Rik Mayall dead: 'We don't know what killed him yet,' says wife

Mayall starred in The Young Ones and appeared in Blackadder and The New Statesman

The comedian and actor Rik Mayall has died at the age of 56, his agent confirmed.

Born in Essex and raised in Worcester, Mayall starred alongside Adrian Edmondson in The Young Ones and went on to appear in Bottom, The New Statesman and as Flashheart in Blackadder.

He was left seriously ill after a quad bike accident in 1998 which left him in a coma for several days, but was working until recently. A spokeswoman said that the actor died at his home in London.

Although he defied the doctors to make a good recovery, returning to work the following year, he was left with epilepsy for which he had to take daily medication. He had spoken in the past of suffering a fit after failing to take the pills.

His wife, Barbara Robbin, who is understood to have found him dead, said she did not know how he had died.

Speaking outside the couple's home in Barnes, south-west London, Ms Robbin said: "We don't know yet what happened. He had a strong heart, so I don't think it was a heart attack. But we just don't know until the coroner's report.

"Maybe he had a fit, maybe it was his heart. We just don't know."

Police said they were called by the London Ambulance Service to a house in Barnes, south-west London where "a man, aged in his 50s, was pronounced dead at the scene", but added that the death was not believed to be suspicious.

Reacting to the news of Mayall's death this evening, Edmondson said: "There were times when Rik and I were writing together when we almost died laughing.

"They were some of the most carefree stupid days I ever had, and I feel privileged to have shared them with him.

"And now he's died for real. Without me. Selfish b*****d."

Mayall and Edmondson met at Manchester University, and formed an on-stage duo known as The Dangerous Brothers. They found fame with The Young Ones in two six-part series running from 1982 to 1984.

Playing an obnoxious, would-be anarchist called Rick, Mayall contributed to the rise of alternative TV comedy throughout the 1980s.

The pair revived their collaboration in the early 1990s with the slapstick and schoolboy comedy Bottom, before Mayall made a number of memorable cameos in the BBC series Blackadder.

Appearing alongside Rowan Atkinson in the second and fourth series as the lecherous Lord Flashheart, he crashed into scenes shouting catchphrases, chief among them being his trademark "woof!".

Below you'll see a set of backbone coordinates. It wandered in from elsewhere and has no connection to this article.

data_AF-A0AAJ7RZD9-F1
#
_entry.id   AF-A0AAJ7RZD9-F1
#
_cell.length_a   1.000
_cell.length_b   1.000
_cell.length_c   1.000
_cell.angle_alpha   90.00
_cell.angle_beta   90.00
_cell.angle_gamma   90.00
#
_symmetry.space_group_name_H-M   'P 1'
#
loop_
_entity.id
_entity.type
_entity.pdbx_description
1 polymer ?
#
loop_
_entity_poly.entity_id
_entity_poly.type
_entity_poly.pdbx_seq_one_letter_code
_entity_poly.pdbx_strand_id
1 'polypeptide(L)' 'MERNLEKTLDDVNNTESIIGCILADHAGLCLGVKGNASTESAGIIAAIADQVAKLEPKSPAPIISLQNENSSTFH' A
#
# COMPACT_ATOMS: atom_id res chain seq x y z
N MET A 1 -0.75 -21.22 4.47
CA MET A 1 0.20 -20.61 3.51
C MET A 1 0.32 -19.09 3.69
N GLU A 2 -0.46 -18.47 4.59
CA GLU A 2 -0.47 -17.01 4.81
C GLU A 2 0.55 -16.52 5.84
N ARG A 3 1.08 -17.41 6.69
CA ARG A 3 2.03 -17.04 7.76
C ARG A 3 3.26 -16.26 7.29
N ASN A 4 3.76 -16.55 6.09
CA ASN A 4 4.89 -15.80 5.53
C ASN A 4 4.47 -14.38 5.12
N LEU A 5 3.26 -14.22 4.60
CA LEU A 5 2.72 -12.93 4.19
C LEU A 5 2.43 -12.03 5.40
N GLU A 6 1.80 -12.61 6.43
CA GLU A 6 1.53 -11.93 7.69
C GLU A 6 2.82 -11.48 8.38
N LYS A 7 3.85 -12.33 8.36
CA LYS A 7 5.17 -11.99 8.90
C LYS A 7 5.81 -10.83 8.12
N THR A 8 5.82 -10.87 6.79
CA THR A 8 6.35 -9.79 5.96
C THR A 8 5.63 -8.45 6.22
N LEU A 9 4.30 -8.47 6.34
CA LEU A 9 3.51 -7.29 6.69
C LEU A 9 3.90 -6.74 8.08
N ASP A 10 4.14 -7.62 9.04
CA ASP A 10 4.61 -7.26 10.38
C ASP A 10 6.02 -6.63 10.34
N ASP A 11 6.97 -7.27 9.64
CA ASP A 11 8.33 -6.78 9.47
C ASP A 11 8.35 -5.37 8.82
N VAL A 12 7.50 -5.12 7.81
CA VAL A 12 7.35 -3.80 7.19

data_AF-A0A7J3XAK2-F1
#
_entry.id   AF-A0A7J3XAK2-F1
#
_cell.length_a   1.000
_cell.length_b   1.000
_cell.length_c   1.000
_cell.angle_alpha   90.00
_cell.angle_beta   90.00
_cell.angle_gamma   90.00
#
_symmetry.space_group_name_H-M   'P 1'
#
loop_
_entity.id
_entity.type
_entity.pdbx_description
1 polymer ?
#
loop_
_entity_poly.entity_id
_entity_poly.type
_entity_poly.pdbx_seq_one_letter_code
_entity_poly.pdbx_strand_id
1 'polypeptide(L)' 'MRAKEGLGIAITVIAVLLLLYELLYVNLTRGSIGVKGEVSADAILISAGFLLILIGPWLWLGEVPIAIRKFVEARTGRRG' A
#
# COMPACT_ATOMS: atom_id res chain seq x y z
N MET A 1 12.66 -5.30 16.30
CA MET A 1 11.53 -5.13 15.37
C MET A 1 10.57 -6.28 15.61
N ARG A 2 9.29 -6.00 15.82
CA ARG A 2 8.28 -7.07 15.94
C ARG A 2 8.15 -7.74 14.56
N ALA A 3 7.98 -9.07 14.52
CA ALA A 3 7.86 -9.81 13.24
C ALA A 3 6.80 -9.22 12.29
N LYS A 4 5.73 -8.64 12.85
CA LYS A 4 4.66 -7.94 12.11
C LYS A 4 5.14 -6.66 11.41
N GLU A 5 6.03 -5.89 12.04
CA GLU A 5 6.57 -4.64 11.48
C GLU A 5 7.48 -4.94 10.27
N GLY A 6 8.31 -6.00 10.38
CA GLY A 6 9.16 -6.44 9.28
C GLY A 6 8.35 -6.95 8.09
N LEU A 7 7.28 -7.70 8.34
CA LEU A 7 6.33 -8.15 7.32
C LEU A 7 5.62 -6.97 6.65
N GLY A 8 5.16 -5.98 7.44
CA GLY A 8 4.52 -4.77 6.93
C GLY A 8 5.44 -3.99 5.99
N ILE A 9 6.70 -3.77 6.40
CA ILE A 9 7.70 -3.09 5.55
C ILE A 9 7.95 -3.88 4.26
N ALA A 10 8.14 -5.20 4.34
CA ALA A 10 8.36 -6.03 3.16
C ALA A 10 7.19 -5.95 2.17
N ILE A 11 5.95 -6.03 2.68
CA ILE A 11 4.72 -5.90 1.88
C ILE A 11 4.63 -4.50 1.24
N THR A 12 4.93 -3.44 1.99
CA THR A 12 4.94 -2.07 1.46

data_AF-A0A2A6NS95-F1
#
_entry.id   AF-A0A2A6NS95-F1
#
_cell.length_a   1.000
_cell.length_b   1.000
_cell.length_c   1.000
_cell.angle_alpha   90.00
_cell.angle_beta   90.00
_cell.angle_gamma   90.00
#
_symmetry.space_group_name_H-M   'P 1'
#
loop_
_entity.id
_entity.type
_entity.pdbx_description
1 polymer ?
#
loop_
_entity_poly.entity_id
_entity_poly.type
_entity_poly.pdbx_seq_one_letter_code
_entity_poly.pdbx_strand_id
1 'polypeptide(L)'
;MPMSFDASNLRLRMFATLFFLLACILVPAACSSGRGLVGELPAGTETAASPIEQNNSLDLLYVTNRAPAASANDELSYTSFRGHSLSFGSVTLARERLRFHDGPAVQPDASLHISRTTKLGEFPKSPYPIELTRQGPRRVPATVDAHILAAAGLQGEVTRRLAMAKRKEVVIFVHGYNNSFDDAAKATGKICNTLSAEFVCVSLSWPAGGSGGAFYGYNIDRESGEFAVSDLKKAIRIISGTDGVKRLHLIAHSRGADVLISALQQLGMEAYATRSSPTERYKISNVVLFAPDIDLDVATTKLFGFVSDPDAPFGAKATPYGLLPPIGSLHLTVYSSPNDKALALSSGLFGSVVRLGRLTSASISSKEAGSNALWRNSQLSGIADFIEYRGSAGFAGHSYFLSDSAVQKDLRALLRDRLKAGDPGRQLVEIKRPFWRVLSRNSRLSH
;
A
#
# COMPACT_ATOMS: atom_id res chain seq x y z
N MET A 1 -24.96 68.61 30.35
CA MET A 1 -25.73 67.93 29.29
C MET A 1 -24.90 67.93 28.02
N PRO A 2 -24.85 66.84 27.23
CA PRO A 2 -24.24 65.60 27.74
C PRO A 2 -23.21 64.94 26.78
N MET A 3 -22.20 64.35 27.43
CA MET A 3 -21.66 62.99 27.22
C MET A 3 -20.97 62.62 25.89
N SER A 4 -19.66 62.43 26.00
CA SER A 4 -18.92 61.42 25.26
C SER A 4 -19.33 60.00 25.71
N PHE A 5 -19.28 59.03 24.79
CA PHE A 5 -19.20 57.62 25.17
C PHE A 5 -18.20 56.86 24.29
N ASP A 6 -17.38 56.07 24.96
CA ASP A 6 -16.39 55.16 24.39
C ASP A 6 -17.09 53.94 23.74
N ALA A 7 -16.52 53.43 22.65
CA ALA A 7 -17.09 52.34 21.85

In 1998, Mayall had to be kept alive on a life-support machine for five days following an accident involving a quad bike.

Speaking about the incident last year, the comedian said doctors were about to turn it off the machine when he began to show signs of life.

He used to mark the occasion every year by exchanging presents with his wife and children and said the near-death experience changed his life.

He said: "The main difference between now and before my accident is I'm just very glad to be alive.


"Other people get moody in their forties and fifties - men get the male menopause. I missed the whole thing. I was just really happy."

Mayall's management, Brunskill, issued a statement saying: "We are deeply saddened to announce the death of Rik Mayall who passed away this morning."

It said that Mayall's family would be given time before a further statement is released in due course.

One of Mayall's first appearances on TV after his quad bike accident was as DI Gideon Pryke in Jonathan Creek, a role he reprised in 2013.

Other notable characters included the feckless investigative journalist Kevin Turvey and the conniving Conservative MP Alan B'Stard in The New Statesman, who also reappeared as an under-fire New Labour MP in 2006.

At the time Mayall said: "Alan B'Stard is a national treasure because he always comes to the nation's health when the nation needs cleansing.

"Alan B'Stard got rid of Margaret Thatcher and will get rid of Tony Blair," he added.

Among those paying tribute was the Blackadder producer John Lloyd, who said Mayall was "just extraordinary".

He told the BBC: "It's really a dreadful piece of news.

"I remember going to the very first night of the Comedy Store and thinking 'Where does this come from?'.

"It was the most extraordinary thing, him and Ade Edmondson doing the Dangerous Brothers, they were called, and you just felt you were in the presence of something, a whole revolutionary thing."

The actress Helen Lederer, who appeared alongside Mayall in The Young Ones, tweeted: "Rik Mayall, I loved you. Gutted. The man who taught me not to crash laughs, has crashed. Real love to wife, children. Massive loss."

BBC director of television Danny Cohen said: "Rik Mayall was a truly brilliant comedian.

"His comic timing was outstanding and his screen presence unique. For a generation of viewers he was a true comedy hero."

Monty Python star Eric Idle said: "Very sad to hear of the passing of Rik Mayall. Far too young. A very funny and talented man."

Writing on Twitter, Bob Mortimer said: "Last time I saw him he grabbed my crotch and said 'Not eaten yet then?' So sad.. Funniest man of his generation."

Mayall is survived by his wife, Barbara, and three children.

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